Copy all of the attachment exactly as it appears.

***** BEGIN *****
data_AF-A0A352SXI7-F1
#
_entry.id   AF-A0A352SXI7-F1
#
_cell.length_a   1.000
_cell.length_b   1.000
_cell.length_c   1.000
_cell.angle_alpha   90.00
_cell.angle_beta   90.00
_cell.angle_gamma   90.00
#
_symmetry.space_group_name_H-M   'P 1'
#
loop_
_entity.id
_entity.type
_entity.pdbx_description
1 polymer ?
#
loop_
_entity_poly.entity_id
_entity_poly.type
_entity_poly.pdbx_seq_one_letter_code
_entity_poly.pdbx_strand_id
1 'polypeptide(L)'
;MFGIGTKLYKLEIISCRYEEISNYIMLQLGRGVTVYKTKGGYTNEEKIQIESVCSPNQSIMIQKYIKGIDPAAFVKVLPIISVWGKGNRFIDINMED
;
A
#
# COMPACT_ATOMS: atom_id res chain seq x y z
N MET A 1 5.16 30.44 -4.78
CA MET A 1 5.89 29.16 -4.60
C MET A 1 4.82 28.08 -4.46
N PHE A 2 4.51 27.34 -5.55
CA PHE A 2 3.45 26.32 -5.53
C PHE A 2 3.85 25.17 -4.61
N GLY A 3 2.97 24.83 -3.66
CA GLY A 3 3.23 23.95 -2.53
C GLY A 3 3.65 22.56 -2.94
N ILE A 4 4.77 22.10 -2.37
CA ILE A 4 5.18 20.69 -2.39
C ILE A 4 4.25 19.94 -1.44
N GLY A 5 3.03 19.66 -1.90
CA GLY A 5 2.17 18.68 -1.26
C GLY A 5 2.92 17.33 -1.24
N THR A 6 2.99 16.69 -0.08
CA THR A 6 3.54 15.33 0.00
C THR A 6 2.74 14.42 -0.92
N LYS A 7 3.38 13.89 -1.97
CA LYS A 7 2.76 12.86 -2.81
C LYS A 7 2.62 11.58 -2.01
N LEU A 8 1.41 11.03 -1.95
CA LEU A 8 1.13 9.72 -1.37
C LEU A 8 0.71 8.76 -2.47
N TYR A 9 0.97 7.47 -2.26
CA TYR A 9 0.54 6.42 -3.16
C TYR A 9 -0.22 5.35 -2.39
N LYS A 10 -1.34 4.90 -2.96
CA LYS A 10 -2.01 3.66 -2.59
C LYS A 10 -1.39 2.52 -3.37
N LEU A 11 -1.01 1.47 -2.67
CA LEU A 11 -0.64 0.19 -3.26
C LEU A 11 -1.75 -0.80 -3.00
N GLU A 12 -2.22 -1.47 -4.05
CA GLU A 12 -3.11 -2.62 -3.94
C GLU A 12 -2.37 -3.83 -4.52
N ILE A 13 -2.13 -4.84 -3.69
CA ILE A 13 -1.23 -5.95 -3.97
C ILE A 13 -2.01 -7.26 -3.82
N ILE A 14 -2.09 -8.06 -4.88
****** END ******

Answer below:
data_AF-A0A352SXI7-F1
#
_entry.id   AF-A0A352SXI7-F1
#
_cell.length_a   1.000
_cell.length_b   1.000
_cell.length_c   1.000
_cell.angle_alpha   90.00
_cell.angle_beta   90.00
_cell.angle_gamma   90.00
#
_symmetry.space_group_name_H-M   'P 1'
#
loop_
_entity.id
_entity.type
_entity.pdbx_description
1 polymer ?
#
loop_
_entity_poly.entity_id
_entity_poly.type
_entity_poly.pdbx_seq_one_letter_code
_entity_poly.pdbx_strand_id
1 'polypeptide(L)'
;MFGIGTKLYKLEIISCRYEEISNYIMLQLGRGVTVYKTKGGYTNEEKIQIESVCSPNQSIMIQKYIKGIDPAAFVKVLPIISVWGKGNRFIDINMED
;
A
#
# COMPACT_ATOMS: atom_id res chain seq x y z
N MET A 1 5.16 30.44 -4.78
CA MET A 1 5.89 29.16 -4.60
C MET A 1 4.82 28.08 -4.46
N PHE A 2 4.51 27.34 -5.55
CA PHE A 2 3.45 26.32 -5.53
C PHE A 2 3.85 25.17 -4.61
N GLY A 3 2.97 24.83 -3.66
CA GLY A 3 3.23 23.95 -2.53
C GLY A 3 3.65 22.56 -2.94
N ILE A 4 4.77 22.10 -2.37
CA ILE A 4 5.18 20.69 -2.39
C ILE A 4 4.25 19.94 -1.44
N GLY A 5 3.03 19.66 -1.90
CA GLY A 5 2.17 18.68 -1.26
C GLY A 5 2.92 17.33 -1.24
N THR A 6 2.99 16.69 -0.08
CA THR A 6 3.54 15.33 0.00
C THR A 6 2.74 14.42 -0.92
N LYS A 7 3.38 13.89 -1.97
CA LYS A 7 2.76 12.86 -2.81
C LYS A 7 2.62 11.58 -2.01
N LEU A 8 1.41 11.03 -1.95
CA LEU A 8 1.13 9.72 -1.37
C LEU A 8 0.71 8.76 -2.47
N TYR A 9 0.97 7.47 -2.26
CA TYR A 9 0.54 6.42 -3.16
C TYR A 9 -0.22 5.35 -2.39
N LYS A 10 -1.34 4.90 -2.96
CA LYS A 10 -2.01 3.66 -2.59
C LYS A 10 -1.39 2.52 -3.37
N LEU A 11 -1.01 1.47 -2.67
CA LEU A 11 -0.64 0.19 -3.26
C LEU A 11 -1.75 -0.80 -3.00
N GLU A 12 -2.22 -1.47 -4.05
CA GLU A 12 -3.11 -2.62 -3.94
C GLU A 12 -2.37 -3.83 -4.52
N ILE A 13 -2.13 -4.84 -3.69
CA ILE A 13 -1.23 -5.95 -3.97
C ILE A 13 -2.01 -7.26 -3.82
N ILE A 14 -2.09 -8.06 -4.88